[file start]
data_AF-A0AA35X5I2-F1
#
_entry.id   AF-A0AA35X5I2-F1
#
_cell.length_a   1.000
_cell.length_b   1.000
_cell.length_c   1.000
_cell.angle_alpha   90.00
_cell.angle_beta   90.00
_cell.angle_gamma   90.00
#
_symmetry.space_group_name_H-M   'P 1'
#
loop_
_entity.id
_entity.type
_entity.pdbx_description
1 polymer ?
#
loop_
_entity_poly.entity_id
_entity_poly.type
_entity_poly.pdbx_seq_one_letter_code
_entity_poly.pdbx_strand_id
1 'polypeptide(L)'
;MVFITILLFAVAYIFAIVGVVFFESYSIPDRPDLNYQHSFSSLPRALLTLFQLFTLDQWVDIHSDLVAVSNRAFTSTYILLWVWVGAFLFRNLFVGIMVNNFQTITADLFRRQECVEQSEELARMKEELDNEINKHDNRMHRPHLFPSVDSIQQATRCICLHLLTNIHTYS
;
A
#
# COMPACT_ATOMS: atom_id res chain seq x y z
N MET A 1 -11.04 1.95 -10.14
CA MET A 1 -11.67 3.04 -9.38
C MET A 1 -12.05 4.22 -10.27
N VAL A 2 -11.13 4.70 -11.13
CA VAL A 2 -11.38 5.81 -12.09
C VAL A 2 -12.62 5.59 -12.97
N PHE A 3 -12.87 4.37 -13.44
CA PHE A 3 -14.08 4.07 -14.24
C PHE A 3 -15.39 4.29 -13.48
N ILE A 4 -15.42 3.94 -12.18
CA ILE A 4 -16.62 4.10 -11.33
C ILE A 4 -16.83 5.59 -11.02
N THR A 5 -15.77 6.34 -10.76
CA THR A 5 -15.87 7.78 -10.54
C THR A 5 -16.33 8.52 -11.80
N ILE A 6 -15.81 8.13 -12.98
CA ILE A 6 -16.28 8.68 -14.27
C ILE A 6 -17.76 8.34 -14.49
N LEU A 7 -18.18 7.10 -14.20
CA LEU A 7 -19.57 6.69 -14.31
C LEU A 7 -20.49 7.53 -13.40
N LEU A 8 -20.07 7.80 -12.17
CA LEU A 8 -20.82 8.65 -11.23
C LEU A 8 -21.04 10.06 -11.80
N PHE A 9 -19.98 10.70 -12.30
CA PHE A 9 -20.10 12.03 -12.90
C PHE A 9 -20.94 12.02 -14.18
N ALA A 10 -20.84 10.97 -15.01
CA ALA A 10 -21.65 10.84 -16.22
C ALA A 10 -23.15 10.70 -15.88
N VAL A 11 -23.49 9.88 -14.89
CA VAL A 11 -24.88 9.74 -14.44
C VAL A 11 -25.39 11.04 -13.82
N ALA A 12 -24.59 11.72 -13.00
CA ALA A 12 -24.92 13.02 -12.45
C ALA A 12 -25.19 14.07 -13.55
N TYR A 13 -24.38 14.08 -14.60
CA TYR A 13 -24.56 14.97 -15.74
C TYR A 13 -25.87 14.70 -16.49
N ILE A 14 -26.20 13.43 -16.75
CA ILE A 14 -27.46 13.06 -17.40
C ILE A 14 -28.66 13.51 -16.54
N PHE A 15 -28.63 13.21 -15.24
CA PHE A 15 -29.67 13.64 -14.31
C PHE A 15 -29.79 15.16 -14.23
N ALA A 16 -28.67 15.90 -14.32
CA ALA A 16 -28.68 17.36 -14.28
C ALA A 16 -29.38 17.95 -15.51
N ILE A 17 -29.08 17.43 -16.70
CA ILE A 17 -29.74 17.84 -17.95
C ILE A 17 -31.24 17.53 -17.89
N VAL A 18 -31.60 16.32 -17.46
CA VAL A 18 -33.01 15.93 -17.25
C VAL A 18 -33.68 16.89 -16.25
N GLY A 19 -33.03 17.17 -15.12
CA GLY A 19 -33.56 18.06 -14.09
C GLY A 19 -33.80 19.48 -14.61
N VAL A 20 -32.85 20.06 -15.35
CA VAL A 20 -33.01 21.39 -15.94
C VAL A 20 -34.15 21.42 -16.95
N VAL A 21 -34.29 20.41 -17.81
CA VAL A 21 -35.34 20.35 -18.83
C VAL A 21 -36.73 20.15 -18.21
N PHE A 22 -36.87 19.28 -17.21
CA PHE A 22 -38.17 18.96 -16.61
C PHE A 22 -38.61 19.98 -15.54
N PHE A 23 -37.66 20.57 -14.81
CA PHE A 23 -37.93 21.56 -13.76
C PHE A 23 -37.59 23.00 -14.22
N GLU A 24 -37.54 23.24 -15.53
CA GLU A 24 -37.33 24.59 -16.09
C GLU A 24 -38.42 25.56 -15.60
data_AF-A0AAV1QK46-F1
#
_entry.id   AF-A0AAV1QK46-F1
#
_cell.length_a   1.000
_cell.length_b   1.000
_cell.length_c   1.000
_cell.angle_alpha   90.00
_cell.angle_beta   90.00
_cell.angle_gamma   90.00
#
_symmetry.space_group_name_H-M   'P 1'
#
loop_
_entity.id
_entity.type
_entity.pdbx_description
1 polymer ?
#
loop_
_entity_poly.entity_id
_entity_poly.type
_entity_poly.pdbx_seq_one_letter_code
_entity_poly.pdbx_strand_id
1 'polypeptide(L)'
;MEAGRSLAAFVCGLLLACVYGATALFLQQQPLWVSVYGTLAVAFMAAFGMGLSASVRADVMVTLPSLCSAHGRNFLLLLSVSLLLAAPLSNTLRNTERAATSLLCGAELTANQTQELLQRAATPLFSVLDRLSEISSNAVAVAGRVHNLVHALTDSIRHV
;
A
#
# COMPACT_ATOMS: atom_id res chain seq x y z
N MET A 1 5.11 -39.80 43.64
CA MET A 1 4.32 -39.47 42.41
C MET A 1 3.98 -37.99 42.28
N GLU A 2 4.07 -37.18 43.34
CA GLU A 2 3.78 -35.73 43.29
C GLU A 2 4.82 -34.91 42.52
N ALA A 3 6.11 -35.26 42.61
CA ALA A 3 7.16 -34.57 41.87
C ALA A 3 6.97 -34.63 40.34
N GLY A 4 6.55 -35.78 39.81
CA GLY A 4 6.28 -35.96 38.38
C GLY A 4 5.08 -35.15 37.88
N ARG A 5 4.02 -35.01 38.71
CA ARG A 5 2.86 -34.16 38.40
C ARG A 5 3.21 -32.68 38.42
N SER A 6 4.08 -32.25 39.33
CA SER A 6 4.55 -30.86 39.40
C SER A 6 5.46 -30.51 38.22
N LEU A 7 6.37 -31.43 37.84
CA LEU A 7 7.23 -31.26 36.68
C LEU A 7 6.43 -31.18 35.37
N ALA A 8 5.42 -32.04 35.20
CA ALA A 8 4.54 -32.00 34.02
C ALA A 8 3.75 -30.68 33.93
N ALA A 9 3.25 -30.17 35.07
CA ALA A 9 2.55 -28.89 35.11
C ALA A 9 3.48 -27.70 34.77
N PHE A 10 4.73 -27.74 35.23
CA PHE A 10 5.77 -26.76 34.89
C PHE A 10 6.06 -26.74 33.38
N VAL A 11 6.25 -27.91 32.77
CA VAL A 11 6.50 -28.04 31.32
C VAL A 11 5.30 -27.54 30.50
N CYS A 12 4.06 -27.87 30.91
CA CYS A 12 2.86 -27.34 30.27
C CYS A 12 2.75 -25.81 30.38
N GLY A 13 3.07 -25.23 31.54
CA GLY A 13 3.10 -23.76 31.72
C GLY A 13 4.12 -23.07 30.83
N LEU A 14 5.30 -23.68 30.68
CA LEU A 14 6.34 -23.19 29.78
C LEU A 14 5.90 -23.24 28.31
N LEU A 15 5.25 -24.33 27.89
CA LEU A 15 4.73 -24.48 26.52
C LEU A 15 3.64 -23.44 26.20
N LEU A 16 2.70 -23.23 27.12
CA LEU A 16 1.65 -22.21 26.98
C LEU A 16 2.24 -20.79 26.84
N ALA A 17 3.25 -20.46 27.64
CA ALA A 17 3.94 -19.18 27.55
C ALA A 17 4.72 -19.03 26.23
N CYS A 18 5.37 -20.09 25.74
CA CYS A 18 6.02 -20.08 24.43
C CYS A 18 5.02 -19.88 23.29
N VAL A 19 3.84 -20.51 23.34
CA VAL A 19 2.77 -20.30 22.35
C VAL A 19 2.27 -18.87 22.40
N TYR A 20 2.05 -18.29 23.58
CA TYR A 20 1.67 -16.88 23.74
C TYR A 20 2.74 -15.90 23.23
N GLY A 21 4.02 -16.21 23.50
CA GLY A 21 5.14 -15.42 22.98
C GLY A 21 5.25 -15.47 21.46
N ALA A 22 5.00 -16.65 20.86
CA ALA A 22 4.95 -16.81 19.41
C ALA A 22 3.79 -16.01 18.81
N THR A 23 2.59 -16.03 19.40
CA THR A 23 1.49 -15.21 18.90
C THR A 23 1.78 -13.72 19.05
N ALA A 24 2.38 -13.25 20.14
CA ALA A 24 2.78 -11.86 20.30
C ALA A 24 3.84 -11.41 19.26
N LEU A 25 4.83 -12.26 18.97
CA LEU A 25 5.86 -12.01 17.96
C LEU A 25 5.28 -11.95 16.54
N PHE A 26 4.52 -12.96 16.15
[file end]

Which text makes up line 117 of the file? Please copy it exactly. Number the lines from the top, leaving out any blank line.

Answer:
_entity.id